Sunday, April 1, 2018

Notes on the Sunday Evening Session

Nelson really has this Conference jam-packed with goodies for the members.  During this session, he announced seven new temples as well as a new "ministering" program that will replace home teaching and visiting teaching.  He seems to be taking full advantage of his first hundred days in office, although I'm pretty sure that's not a rule of thumb for prophets the way it is for presidents.  It's easy to see how some of these changes may energize the membership, and if the numbers reported on yesterday are any indication, he's wise to prescribe a shot of adrenaline to the church. 

But here are some of the doctrinal insights shared during this final session of Conference:

We have made the decision to retire home teaching and visiting teaching as we have known them.  Instead, we will implement a newer, holier approach to caring and ministering to others. We will refer to these efforts simply as "ministering."  Effective ministering efforts are enabled by the innate gifts of the sisters and by the incomparable power of the priesthood.
—Russell M. Nelson
I know I've made points about sexism several times in the last couple of days, but this might be the most important indicator during this conference about how women aren't actually equal in the gospel.

The sisters have innate gifts.  The men have incomparable power.  And that's straight from the prophet himself.  Just look at the differences in the language.  "Incomparable power" is a soaring, superlative phrase.  "Innate gifts" is respectful and complimentary, sure, but it doesn't have the altitude given to the men.

I bear my own witness that these adjustments [to the elders quorums and the home and visiting teaching programs] are examples of the revelation that has guided this church from its beginning.  They are yet more evidence that the Lord is hastening his work in its time. 
Jeffrey R. Holland
The Lord has been hastening his work since the middle of the nineteenth century.  We're closing in on the two hundred year mark.  When is he going to hurry up and hasten for real?

Simple as [the planned policy of quarterly interviews between bishops and ministering companionships] sounds, my friends, those interviews are absolutely crucial.  Without that information, the bishop will have no way to receive the information he needs regarding the spiritual and temporal conditions of his people.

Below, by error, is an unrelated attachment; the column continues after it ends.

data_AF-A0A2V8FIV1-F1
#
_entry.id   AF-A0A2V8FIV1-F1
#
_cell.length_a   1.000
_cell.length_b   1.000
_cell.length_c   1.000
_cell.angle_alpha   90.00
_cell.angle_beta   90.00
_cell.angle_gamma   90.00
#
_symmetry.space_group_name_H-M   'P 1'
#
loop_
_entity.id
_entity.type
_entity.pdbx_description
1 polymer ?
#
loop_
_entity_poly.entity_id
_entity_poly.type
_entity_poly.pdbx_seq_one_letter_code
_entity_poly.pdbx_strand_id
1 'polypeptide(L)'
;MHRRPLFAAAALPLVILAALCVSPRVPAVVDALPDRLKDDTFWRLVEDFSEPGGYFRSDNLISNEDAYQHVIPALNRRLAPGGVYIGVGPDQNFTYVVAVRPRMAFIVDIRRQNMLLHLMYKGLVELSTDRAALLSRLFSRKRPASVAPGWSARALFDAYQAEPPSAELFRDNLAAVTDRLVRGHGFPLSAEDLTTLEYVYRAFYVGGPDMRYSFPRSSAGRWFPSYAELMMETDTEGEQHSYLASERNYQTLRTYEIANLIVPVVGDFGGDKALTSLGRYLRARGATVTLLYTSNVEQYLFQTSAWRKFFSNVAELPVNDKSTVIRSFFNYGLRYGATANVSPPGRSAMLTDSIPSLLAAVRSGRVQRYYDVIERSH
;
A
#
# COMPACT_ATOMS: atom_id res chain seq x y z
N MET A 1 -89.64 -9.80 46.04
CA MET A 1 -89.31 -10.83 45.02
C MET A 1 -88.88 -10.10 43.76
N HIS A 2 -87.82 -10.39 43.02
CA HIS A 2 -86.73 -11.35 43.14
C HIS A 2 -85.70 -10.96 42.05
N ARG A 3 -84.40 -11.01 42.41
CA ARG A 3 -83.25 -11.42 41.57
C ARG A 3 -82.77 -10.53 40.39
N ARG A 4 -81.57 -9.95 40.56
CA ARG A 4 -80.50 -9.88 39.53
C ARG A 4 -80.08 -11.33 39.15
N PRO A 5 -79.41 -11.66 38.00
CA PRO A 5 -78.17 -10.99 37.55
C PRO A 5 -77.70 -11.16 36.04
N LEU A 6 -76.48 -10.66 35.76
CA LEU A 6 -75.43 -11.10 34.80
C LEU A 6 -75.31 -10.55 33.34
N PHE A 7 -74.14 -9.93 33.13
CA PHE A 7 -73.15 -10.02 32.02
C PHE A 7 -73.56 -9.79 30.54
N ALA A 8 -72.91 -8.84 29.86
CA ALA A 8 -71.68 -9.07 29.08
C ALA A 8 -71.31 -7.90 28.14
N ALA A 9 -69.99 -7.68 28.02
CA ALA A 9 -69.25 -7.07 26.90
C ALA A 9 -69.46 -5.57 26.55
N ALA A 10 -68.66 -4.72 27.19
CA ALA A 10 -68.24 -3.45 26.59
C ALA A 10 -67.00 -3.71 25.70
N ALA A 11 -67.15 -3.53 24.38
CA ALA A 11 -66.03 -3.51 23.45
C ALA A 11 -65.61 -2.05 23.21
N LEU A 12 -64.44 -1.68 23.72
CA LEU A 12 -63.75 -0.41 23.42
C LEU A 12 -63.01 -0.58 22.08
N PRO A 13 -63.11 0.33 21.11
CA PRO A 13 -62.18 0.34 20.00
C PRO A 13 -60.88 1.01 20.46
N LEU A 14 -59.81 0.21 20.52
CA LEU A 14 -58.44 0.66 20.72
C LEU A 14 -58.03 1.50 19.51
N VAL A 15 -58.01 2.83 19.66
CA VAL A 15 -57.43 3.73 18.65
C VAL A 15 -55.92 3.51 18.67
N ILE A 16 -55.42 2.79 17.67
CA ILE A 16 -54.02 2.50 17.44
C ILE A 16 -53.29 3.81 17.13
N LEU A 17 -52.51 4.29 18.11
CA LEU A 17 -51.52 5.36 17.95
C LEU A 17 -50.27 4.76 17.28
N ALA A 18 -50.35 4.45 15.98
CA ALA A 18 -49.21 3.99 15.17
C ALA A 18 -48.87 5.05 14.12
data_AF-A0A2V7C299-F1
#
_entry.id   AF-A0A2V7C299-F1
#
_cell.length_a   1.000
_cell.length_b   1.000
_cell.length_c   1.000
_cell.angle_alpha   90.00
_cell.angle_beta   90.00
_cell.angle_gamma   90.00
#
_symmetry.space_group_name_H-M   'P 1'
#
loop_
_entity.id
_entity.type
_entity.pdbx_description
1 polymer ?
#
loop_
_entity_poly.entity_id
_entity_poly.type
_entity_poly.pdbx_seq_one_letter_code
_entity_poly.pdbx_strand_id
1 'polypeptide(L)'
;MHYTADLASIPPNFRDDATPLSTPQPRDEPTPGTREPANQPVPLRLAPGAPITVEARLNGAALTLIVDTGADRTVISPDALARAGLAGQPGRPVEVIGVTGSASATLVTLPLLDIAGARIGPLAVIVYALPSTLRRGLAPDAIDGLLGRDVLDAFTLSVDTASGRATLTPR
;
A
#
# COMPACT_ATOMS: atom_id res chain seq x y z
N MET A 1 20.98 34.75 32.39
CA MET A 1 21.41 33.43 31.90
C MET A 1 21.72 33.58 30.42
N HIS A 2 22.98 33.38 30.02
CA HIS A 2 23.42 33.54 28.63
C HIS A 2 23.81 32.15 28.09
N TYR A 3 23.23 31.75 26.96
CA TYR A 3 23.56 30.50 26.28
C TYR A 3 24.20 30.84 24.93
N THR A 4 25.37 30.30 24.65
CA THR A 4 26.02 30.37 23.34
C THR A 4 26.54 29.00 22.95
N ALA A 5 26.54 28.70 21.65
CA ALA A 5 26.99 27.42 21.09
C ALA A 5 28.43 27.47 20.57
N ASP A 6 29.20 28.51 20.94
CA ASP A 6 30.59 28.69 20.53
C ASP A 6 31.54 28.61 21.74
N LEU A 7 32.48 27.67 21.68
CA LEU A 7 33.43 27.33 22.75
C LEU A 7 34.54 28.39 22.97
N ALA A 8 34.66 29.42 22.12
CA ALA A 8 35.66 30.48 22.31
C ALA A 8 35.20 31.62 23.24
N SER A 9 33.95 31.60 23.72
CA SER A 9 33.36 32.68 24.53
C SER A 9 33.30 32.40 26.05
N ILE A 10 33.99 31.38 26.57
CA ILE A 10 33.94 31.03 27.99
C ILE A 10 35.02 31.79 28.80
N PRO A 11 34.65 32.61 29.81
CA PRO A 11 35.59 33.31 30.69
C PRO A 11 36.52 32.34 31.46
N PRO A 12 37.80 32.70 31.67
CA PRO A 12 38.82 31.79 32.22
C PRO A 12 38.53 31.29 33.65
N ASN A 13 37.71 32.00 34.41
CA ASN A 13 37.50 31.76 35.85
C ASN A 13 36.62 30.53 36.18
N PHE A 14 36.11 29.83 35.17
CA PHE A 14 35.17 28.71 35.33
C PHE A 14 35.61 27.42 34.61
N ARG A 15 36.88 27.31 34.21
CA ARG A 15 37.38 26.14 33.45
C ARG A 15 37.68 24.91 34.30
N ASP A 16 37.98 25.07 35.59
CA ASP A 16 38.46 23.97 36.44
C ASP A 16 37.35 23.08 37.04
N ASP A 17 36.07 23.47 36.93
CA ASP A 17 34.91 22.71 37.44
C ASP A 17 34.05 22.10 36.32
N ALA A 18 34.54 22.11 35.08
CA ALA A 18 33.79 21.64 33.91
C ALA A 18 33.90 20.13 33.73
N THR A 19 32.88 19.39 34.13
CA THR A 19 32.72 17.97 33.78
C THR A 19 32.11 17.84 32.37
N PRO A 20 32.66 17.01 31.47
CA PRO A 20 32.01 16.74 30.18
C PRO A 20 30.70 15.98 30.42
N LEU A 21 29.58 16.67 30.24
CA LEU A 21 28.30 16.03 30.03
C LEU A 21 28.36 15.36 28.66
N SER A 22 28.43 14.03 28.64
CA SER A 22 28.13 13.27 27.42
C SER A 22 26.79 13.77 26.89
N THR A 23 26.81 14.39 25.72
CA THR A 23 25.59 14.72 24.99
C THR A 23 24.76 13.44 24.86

Jeffrey R. Holland
Really?  The bishop will have no other way to find out what the spiritual and temporal status of his ward is?  I mean, he could also ask other people.  Realistically, bishops have a lot to do, so it would be kind of unfair to expect him to hunt everybody down to ask about any important spiritual or temporal needs.  

But...didn't the Lord provide a way for bishops to receive important information directly?  I believe it's called revelation?  Bishops can receive revelation for those in their stewardships?  You know, that long-established teaching of the LDS church?  Not ringing any bells?

Breaking news—the thing that the prophet spent fifteen minutes teaching about in the previous session of conference doesn't actually work because bishops have no other way to gather information other than having people report to him.

She replied, "We discovered that the Church of Jesus Christ of Latter-Day Saints is the closest to Jesus Christ's original church than any other church we know of."
Gérald Caussé
I call bullshit.

This was a mayor whom Caussé had been trying to convince to allow a new church building to be built in her city.  So she did some firsthand research, apparently, visited an LDS meetinghouse, talked with members and with people who lived next to the chapel, and then came back to Caussé and said this.

Come on.

First of all, it's really not that close, in my opinion.  Secondly, nobody alive has actually seen Christ's original church on account of it existing two thousand years ago, so how does this woman feel qualified to say something like this?  It just sounds like a faith-promoting story to make Mormons feel good about being Mormon (like the infamous "light in their eyes" anecdotes), and it sounds so much like that as to muffle any ring of truth.  The phrasing of her comment is so perfect.  What are the odds that this happened?  If it did happen, what are the odds that her reaction wasn't exaggerated upon retelling?

Where do we stand today in fulfilling these divinely appointed responsibilities?  First, with respect to Moses's restoration of the keys for the gathering of Israel, today almost 70,000 missionaries are spread across the earth, preaching his gospel to gather his elect.  This is the commencement of the fulfillment of the great and marvelous work Nephi foresaw among both the Gentiles and the House of Israel.